Don't know about you, but I find the humble notecard an enormously useful teaching technology. I usually require my students to acquire 25 of them at the beginning of each term. You can use them for fishbowl-inspired discussions, minute papers, and many other classroom assessment techniques.
I wanted to share a simple way I've used notecards to widen class participation. It's shockingly simple:
Give students a simple in-class assignment. A minute paper-type assignment works best. Once everyone finishes, collect the notecards. Then redistribute the cards to the students, ensuring that no one receives their original card. Then proceed to have whatever discussion or shared inquiry you were planning beforehand, with the caveat that students must defend (to the extent they think they can) what's written on their card.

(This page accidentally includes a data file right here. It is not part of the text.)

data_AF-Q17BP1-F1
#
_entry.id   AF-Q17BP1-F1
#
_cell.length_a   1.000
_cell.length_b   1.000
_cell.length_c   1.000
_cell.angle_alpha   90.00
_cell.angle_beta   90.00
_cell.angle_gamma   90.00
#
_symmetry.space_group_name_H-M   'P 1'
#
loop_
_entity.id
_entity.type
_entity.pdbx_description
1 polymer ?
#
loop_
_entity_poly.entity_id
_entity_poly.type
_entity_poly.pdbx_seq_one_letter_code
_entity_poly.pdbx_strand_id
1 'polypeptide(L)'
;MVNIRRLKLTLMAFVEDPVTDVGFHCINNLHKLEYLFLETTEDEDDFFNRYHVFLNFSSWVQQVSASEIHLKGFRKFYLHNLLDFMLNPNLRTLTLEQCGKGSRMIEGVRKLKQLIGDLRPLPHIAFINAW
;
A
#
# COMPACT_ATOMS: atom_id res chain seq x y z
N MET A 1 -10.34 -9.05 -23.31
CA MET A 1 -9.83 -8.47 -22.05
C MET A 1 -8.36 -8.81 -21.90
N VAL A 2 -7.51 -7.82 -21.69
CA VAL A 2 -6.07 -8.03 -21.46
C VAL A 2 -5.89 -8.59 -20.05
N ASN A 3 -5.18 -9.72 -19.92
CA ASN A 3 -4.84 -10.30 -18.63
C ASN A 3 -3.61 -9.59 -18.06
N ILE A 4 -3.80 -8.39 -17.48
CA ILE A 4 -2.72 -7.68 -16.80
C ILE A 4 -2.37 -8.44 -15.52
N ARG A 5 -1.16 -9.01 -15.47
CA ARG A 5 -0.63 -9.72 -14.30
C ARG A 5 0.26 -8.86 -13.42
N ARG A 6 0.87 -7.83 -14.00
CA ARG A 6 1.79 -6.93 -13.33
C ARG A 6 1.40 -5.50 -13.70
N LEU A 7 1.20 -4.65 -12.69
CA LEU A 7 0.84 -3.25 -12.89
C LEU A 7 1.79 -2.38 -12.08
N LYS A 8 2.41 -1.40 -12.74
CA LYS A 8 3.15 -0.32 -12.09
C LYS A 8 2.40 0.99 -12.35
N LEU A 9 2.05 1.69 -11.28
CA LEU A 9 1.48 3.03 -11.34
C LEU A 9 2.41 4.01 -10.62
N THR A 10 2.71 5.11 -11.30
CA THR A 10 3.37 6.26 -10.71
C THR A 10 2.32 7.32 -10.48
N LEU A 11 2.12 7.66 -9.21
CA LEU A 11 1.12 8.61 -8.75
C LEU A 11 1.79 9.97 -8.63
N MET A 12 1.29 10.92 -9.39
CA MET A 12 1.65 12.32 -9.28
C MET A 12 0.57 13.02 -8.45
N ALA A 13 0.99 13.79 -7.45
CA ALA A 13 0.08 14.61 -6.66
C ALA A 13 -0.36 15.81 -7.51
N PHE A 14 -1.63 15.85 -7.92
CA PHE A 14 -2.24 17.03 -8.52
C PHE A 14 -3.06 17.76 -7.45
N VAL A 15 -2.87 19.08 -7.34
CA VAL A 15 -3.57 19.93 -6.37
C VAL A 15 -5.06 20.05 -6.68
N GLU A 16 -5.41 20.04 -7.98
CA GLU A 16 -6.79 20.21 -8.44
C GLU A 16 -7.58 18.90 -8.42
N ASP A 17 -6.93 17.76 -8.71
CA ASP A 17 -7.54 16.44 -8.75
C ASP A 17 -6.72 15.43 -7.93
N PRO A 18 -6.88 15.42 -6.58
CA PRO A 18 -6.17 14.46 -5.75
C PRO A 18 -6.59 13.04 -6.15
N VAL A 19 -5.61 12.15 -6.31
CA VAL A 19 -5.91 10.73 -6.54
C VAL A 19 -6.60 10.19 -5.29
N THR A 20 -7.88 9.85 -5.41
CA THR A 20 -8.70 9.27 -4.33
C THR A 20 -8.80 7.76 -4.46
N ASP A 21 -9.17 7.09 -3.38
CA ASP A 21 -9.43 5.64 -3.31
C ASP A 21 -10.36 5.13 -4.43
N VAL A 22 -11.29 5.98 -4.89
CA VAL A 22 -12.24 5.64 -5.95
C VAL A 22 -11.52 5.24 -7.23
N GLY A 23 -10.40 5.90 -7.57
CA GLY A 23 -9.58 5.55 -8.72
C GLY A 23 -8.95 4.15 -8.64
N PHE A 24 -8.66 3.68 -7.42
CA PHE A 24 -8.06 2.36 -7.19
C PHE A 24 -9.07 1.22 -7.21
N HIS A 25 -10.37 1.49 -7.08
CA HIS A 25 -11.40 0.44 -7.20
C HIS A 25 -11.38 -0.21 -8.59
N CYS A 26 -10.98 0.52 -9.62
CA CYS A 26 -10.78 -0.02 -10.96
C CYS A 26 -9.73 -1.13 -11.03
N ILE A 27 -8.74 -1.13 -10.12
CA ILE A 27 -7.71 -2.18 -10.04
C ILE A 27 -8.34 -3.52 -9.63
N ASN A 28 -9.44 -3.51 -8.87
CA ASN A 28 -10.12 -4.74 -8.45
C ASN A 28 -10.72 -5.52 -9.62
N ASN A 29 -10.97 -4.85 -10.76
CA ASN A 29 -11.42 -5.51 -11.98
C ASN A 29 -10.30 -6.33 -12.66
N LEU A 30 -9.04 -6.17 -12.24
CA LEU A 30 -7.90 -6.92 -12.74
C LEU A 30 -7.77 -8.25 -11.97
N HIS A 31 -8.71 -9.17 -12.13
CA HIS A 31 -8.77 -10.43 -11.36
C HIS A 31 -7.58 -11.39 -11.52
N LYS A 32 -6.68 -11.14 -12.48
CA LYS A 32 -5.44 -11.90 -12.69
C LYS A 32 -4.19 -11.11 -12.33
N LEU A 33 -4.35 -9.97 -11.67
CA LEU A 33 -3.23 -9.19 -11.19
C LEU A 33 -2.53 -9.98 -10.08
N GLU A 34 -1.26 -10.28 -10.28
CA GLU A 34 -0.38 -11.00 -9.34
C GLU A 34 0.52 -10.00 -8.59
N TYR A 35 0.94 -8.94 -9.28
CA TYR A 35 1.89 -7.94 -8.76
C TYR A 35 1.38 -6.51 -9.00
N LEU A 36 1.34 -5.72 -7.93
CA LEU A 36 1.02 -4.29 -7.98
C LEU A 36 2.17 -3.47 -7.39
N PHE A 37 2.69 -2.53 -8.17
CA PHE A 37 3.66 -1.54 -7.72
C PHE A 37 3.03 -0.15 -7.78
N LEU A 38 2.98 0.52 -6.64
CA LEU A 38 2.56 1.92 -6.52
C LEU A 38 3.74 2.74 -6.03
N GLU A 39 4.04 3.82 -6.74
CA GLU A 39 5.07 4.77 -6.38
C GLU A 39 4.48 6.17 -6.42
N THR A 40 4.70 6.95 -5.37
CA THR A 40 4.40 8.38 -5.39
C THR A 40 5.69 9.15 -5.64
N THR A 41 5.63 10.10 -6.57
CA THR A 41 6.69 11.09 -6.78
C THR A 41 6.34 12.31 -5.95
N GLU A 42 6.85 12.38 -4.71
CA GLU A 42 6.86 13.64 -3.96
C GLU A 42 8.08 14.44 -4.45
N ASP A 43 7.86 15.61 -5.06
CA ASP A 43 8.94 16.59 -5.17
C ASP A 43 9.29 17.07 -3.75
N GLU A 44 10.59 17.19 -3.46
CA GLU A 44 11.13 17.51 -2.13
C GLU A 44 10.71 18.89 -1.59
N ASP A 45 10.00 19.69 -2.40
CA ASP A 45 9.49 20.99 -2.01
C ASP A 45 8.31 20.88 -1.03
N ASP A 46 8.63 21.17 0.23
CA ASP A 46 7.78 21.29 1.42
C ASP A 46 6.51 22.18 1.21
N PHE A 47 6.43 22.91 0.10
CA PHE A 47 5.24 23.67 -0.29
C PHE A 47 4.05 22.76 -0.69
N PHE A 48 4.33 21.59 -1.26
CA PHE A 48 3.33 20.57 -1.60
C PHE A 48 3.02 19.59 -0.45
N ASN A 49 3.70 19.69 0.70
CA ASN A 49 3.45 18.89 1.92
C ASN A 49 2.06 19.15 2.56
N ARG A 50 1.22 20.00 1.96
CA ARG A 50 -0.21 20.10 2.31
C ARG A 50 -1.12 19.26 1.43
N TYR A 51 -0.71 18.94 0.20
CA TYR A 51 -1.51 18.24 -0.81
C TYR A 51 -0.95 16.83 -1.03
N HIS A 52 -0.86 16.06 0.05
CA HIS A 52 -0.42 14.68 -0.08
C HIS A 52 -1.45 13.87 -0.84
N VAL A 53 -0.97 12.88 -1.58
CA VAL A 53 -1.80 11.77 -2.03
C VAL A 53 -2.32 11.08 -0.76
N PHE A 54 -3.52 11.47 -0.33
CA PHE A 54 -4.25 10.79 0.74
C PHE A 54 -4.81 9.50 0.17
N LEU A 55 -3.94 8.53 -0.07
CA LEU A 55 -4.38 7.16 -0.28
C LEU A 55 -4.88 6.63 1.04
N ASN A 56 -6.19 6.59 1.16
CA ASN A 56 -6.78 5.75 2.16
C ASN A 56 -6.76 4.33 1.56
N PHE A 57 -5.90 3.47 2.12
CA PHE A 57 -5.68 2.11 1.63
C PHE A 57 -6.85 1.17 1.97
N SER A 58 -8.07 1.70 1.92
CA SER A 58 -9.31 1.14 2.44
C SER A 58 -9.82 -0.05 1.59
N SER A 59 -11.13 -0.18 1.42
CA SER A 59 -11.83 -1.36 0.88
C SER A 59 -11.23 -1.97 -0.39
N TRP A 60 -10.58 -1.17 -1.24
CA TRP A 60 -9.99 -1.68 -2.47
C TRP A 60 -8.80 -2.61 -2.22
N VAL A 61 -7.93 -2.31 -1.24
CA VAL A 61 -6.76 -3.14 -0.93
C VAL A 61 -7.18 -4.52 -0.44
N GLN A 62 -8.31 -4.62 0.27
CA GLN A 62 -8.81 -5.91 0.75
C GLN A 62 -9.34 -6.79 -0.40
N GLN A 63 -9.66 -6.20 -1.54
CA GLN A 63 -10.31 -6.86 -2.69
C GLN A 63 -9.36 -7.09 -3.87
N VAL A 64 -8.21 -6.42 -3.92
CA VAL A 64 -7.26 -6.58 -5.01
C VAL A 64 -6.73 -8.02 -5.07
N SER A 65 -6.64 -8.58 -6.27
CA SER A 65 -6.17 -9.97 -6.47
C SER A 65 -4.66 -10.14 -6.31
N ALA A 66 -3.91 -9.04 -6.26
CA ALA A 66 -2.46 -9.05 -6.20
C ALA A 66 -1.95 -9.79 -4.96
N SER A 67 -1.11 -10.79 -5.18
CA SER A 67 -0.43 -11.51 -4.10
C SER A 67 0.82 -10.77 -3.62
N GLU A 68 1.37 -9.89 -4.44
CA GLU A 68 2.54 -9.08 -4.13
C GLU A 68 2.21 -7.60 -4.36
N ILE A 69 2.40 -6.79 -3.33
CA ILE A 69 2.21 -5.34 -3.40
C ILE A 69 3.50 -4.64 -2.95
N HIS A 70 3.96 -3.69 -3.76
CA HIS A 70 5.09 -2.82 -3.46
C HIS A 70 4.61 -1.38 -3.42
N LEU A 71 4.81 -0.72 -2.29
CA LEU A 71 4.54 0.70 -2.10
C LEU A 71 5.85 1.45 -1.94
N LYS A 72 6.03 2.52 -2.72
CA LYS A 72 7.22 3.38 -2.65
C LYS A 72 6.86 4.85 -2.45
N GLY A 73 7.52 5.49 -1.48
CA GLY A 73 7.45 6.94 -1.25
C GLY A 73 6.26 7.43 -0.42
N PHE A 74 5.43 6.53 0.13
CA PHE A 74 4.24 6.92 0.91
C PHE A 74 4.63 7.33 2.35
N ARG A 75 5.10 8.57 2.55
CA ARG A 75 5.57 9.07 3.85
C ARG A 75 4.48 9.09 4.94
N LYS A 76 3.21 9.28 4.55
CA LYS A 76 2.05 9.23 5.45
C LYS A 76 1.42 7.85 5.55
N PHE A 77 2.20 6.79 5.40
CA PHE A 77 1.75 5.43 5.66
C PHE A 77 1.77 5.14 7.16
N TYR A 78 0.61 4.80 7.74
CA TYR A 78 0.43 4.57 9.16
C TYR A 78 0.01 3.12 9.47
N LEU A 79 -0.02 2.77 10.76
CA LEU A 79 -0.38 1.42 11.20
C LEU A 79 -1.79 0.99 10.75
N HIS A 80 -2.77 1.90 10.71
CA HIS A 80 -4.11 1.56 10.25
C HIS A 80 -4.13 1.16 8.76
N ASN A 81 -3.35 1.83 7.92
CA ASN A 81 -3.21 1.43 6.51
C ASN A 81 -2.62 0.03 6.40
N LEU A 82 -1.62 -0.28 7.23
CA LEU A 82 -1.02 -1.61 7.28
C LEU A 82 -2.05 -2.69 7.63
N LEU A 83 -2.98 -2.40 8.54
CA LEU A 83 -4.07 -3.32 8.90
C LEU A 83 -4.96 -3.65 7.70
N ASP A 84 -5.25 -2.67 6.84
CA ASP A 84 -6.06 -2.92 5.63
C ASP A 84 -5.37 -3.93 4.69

Here's what I've noticed about this technique:
- It makes 'cold calling' less daunting. Since students aren't being asked to defend their own views or ideas, they seem to feel less on the spot when I cold call.
- It also results in a larger number of students participating. Perhaps divorcing discussion from worries about 'being wrong' motivates more reluctant students to get involved.
- A wider range of views end up being offered up for critical consideration.
Has any one tried this or a similar technique?